Working with the District Court when in dispute

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ellen harbridge lawyer

Mrs. Jones owned a small office block in Massey. West IT Limited, a start up IT company rented the premises. A lease was negotiated for an eight-year term with West IT Limited’s sole director, Mr. McIntosh acting as a guarantor.

Two years into the lease term, Mrs. Jones noticed that the rent payments had stopped. She drove to the premises and found all traces of West IT Limited had vanished. She called Mr. McIntosh to find out what was going on. Mr. McIntosh revealed that West IT Limited had gone into liquidation and denied that he had any liabilities under the lease as a guarantor.

Mrs. Jones visited her lawyer who wrote demand letters to Mr. McIntosh. There was no response. She was told the next step to recover the money she was owed, was to issue proceedings in the District Court against Mr. McIntosh.

Mrs. Jones’s lawyer explained that court proceedings are inherently stressful. They are necessary however in certain situations to resolve a dispute and provide finality. Knowing the steps along the way to obtaining judgment would help her feel in control.

Can I make a claim in the District Court?

The District Court deals with civil claims for up to $200,000. Any claim smaller than $15,000 is normally heard by the Disputes Tribunal.

Any claim must be made within 6 years of the event the claim is based on. There are certain exceptions to this rule, so you should consult a lawyer if you're unsure over the eligibility of your claim.

On the 1st of July 2014, a new District Court process came into force for civil proceedings. Ongoing claims filed before the 1st of July are dealt with through a transitional process.

Step 1: Filing a Statement of Claim

A Statement of Claim sets out the claim against a defendant and what the plaintiff is seeking to satisfy the claim. This Statement of Claim must be filed in the District Court closest to the residence of the defendant and a filing fee must be paid.

Step 2: Filing an application for Summary Judgment

Summary Judgment is a ‘fast track’ procedure to obtaining judgment against a defendant. The Court must be satisfied that the defendant has no defence to the statement of claim or to a particular cause of action. The Summary Judgment application may be struck out by the Court if the defendant can prove there is a reasonably arguable defence to the claims.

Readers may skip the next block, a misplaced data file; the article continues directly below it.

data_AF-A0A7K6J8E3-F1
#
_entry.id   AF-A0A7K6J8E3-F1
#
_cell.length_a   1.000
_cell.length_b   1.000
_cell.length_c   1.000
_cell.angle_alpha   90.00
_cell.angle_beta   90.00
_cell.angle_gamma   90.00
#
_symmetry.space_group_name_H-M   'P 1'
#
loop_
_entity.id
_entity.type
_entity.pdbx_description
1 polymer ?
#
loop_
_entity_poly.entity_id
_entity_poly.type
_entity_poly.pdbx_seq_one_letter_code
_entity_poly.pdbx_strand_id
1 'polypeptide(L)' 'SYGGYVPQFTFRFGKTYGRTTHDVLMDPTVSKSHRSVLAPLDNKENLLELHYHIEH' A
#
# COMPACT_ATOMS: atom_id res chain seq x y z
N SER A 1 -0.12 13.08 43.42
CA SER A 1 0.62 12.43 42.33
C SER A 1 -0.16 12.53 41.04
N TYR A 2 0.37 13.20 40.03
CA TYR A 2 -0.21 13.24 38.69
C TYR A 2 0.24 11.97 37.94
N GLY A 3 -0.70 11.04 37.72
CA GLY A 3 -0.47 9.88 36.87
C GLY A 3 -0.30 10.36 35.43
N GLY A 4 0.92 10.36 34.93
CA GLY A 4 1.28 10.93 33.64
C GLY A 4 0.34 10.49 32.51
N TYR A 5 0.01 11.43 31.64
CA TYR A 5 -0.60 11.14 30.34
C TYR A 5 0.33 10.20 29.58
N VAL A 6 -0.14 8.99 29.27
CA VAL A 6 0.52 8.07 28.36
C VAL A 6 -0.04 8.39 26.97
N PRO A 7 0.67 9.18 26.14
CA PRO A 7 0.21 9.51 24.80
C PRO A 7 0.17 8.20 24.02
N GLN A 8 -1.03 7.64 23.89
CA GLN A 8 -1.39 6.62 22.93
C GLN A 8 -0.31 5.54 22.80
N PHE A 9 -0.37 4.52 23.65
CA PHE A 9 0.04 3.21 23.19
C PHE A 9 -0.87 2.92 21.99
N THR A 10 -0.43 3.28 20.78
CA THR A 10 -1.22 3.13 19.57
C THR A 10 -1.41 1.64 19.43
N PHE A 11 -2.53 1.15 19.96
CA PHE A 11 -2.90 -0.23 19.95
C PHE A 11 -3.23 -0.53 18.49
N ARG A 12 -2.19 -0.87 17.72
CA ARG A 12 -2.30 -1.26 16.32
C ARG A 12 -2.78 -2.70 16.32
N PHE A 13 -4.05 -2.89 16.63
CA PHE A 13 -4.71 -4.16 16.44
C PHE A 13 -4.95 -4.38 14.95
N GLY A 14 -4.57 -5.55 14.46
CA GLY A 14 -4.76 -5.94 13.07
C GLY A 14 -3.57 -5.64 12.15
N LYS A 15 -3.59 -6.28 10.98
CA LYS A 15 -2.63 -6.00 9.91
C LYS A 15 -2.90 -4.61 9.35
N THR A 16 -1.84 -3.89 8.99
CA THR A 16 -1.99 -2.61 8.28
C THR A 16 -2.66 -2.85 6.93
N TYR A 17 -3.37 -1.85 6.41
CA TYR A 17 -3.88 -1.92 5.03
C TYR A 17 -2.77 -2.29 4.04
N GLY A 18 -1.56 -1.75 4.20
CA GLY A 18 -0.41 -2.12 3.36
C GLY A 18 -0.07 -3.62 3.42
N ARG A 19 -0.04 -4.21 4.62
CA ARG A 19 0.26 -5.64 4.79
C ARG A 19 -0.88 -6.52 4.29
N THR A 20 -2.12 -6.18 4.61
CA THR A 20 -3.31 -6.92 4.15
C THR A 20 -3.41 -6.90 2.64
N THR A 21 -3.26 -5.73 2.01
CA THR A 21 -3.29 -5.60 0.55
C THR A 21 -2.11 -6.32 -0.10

An application for Summary Judgment can be filed at the same time as a Statement of Claim or 10 working days after a statement of defence has been served on the plaintiff. There is a filing fee.

Step 3: Statement of Defence Filed

A Statement of Defence sets out the defendant's defence(s) to the claims in the plaintiff’s Statement of Claim. A Statement of Defence must be filed within 25 working days of the defendant being served with the Statement of Claim.

Step 4: 1st Case Management Conference

The initial case management conference is timetabled by the Court and will be no less than 25 working days after the filing of a statement of defence. The agenda for the conference is to hear any interlocutory applications that have been filed and then to determine whether the matter should proceed to a judicial settlement conference or a short trial.

Step 5: Judicial Settlement Conference

A judicial settlement conference is held in chambers (not in full court) and a Judge leads a discussion between the parties in an attempt to reach settlement of the matter.

Step 6: 2nd Case Management Conference

The 2nd case management conference is fixed by the Registrar no later than 10 working days after the Judicial Settlement Conference. The purpose of the case management conference is to allocate the appropriate trial method.

Step 7: Trial Allocation

The types of trial that can be allocated:

- Short trial: Short one-day trials with strict time limits.

- Simplified Trial: Designed for cases with one or two issues. There are time limits and limits on the numbers of people who can give evidence.

- Full Trial: Suitable for cases with a number of complex issues. Full trials follow the same procedure as trials in the High Court.

Things you can do to assist your lawyer with District Court proceedings:

1) Make your lawyer aware of all of the facts involved in the dispute.

2) Provide all of the necessary documentation to your lawyer to look over in a timely fashion.

3) Inform your lawyer of your expectations and the end result you are seeking from the litigation.

For more information on Litigation, please contact Smith & Partners’ Litigation Law Specialist, Ellen Harbidge on 09 837 6890 or at ellen.harbidge@smithpartners.co.nz

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